Brush the rosemary/garlic oil–along with the rosemary and garlic–over the bread, allowing it to pool in the indentations. Sprinkle with sea/Kosher salt and bake until golden for 20-25 minutes. If you use the optional pressed garlic, the smell while baking will drive you wild.
Although focaccia is fabulous just as it is in the above photo–with a little olive oil mixed with herbs for dipping–it also makes the most wonderful sandwiches. Slice a good-sized chunk horizontally, fill with sliced cheese (I like pepper jack for this) and chopped tomatoes. Brush one interior side with a little light mayonnaise and grill in a panini grill. Don’t have one? Pull out that old George Foreman grill you haven’t used for awhile and use that instead. That’s all I do, and I never get tired of these sandwiches.
Focaccia also makes wonderful appetizers. Toast, lightly covered with olive oil, mozarella, tomatoes, and the fruits of your imagination.
Omigod, Emilie, this sounds so good! Like you, I used to bake all my own bread. Since I didn’t have kids, though, I only did it every other week. I also made my own granola. Bet you did that, too. I haven’t baked bread, though, since my breadmaker died about five years ago. I do, however, also have a Kitchenaid, so I think I’m going to give this a try.
PS Thank you for not including caloric info, which would have spoiled everything!
Oh yes, to the granola, although that was Michael’s job. We now make muesli, which is healthier and oh, so good. But our kids still talk about the granola. Don’t worry about the calories. If you make it yourself, there ARE no calories!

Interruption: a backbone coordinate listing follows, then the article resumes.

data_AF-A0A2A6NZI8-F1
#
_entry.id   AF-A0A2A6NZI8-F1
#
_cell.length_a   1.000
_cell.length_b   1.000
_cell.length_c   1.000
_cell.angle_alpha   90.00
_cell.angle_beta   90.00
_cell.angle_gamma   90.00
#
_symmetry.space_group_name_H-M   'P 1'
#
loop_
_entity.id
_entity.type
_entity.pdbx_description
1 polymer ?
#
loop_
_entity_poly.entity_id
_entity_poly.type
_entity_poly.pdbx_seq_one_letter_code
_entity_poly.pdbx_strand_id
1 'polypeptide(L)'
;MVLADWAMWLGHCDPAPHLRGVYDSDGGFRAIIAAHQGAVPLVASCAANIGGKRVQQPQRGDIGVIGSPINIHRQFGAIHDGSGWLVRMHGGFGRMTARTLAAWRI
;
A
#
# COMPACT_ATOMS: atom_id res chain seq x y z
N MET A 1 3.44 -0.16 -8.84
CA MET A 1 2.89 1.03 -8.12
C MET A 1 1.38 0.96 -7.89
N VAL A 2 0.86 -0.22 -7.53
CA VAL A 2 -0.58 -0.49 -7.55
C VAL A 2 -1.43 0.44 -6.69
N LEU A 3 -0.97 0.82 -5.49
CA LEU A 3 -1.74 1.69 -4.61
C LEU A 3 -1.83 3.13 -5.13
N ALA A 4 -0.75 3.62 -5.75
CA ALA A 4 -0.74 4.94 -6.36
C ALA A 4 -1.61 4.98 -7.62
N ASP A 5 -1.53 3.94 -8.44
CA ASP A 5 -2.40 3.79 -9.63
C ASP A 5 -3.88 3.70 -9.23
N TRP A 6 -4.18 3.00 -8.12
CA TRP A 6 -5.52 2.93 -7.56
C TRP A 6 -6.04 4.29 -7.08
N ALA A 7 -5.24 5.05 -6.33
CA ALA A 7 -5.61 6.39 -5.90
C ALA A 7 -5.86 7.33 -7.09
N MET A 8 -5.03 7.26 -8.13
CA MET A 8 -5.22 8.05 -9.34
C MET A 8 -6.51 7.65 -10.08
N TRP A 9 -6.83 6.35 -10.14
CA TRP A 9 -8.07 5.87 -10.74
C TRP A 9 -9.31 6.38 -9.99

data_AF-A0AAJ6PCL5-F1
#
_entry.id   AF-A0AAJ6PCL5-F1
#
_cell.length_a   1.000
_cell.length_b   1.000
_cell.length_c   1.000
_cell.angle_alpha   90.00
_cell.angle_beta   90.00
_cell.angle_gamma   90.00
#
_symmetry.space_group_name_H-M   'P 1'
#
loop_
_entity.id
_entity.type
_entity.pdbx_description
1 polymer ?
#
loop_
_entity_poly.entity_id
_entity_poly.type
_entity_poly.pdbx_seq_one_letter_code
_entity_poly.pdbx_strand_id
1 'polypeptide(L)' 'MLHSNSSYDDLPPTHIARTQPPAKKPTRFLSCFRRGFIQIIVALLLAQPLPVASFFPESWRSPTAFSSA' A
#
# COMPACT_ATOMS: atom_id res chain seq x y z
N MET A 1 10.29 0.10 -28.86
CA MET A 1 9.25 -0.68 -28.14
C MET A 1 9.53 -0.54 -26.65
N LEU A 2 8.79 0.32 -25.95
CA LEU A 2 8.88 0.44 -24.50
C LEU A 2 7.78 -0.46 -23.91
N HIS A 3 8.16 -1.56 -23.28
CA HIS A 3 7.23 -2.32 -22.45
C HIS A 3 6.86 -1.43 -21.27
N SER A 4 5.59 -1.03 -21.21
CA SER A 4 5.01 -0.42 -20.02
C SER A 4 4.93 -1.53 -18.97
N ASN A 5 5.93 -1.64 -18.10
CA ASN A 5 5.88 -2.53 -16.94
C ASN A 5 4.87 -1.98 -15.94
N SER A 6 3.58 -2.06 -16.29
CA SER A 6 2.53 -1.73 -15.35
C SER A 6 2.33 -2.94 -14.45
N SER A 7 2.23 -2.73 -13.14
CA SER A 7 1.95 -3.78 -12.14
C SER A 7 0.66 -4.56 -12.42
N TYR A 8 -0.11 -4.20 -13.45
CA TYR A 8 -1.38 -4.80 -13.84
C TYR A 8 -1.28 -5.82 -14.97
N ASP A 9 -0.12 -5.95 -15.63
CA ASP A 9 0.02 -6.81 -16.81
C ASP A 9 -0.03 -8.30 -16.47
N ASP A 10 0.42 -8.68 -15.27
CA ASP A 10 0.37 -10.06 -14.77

Have you tried the Butter Kase (butter cheese) at Heidelberg Bakery? It’s a soft creamy deli cheese and was yummy when I melted it into my focaccia sandwich.
You are personally responsible for the ten pounds I will gain as soon as I can get over there to buy this wonder cheese. Yum!
Wow, what a fab looking recipe—-I’m going to give this one a whirl over the coming weekend. I absolutely adore cooking. I bake all our bread here now, also my way of stuffing whole grains into my kid while keeping him away from preservatives 🙂
Let me know how you like it. It’s our favorite, but I only bake it about every third time and the others are all whole grains. I figure the occasional splurge is allowed. Enjoy.
So…where is you muesli recipe??? Gonna share? Whole grain recipes? I’m hitting the BIG 60 in July. DD, DH, & I have joined a nearby YMCA & workout 5 days a week. Eating more healthly is part of our “makeover”. Today, I crashed though the 200 lbs marker…going backward…8-)Wooooo-hooooooooo!!!
I should definitely share that muesli recipe. Will try to pry it from my husband, the muesli maker. You sound as if you’re on the right road for your health. Keep up the good work!
Just pre-ordered Fortunate Harbor from Amazon. Also picked up
several more of your older novels. Can’t wait to read them all.
I wanted to get the Lemon Meringue recipe but it did not come up
for me. I live in Norway and sometimes things will not come up on
websites because of my location. Hope there is some way I can get
the recipe. Would love to try it as it is my favorite pie.
Karen, I will send you a copy at your email address.